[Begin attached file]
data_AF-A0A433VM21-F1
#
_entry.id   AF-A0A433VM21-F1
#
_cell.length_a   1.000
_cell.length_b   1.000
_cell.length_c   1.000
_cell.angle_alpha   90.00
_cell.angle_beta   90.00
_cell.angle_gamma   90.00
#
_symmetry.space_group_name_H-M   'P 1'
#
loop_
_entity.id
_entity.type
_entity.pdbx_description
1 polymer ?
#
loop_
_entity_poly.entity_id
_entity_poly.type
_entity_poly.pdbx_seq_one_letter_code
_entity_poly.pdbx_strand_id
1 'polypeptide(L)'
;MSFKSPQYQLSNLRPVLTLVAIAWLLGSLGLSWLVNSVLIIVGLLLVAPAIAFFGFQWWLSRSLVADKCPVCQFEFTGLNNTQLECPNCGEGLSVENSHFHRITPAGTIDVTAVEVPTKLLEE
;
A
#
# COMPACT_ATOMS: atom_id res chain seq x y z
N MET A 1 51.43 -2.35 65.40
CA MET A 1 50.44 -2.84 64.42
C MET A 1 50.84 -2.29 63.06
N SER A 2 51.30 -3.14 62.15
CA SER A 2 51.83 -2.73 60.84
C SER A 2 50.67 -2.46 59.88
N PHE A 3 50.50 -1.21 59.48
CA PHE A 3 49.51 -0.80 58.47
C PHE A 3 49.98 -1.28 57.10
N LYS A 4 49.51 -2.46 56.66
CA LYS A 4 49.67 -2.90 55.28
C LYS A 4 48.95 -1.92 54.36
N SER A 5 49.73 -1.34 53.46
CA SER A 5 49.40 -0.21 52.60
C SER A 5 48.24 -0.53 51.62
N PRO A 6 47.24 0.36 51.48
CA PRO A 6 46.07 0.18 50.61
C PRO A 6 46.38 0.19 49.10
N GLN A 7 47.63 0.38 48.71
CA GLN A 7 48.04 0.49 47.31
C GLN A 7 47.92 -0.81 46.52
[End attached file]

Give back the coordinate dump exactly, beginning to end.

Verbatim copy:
data_AF-A0A433VM21-F1
#
_entry.id   AF-A0A433VM21-F1
#
_cell.length_a   1.000
_cell.length_b   1.000
_cell.length_c   1.000
_cell.angle_alpha   90.00
_cell.angle_beta   90.00
_cell.angle_gamma   90.00
#
_symmetry.space_group_name_H-M   'P 1'
#
loop_
_entity.id
_entity.type
_entity.pdbx_description
1 polymer ?
#
loop_
_entity_poly.entity_id
_entity_poly.type
_entity_poly.pdbx_seq_one_letter_code
_entity_poly.pdbx_strand_id
1 'polypeptide(L)'
;MSFKSPQYQLSNLRPVLTLVAIAWLLGSLGLSWLVNSVLIIVGLLLVAPAIAFFGFQWWLSRSLVADKCPVCQFEFTGLNNTQLECPNCGEGLSVENSHFHRITPAGTIDVTAVEVPTKLLEE
;
A
#
# COMPACT_ATOMS: atom_id res chain seq x y z
N MET A 1 51.43 -2.35 65.40
CA MET A 1 50.44 -2.84 64.42
C MET A 1 50.84 -2.29 63.06
N SER A 2 51.30 -3.14 62.15
CA SER A 2 51.83 -2.73 60.84
C SER A 2 50.67 -2.46 59.88
N PHE A 3 50.50 -1.21 59.48
CA PHE A 3 49.51 -0.80 58.47
C PHE A 3 49.98 -1.28 57.10
N LYS A 4 49.51 -2.46 56.66
CA LYS A 4 49.67 -2.90 55.28
C LYS A 4 48.95 -1.92 54.36
N SER A 5 49.73 -1.34 53.46
CA SER A 5 49.40 -0.21 52.60
C SER A 5 48.24 -0.53 51.62
N PRO A 6 47.24 0.36 51.48
CA PRO A 6 46.07 0.18 50.61
C PRO A 6 46.38 0.19 49.10
N GLN A 7 47.63 0.38 48.71
CA GLN A 7 48.04 0.49 47.31
C GLN A 7 47.92 -0.81 46.52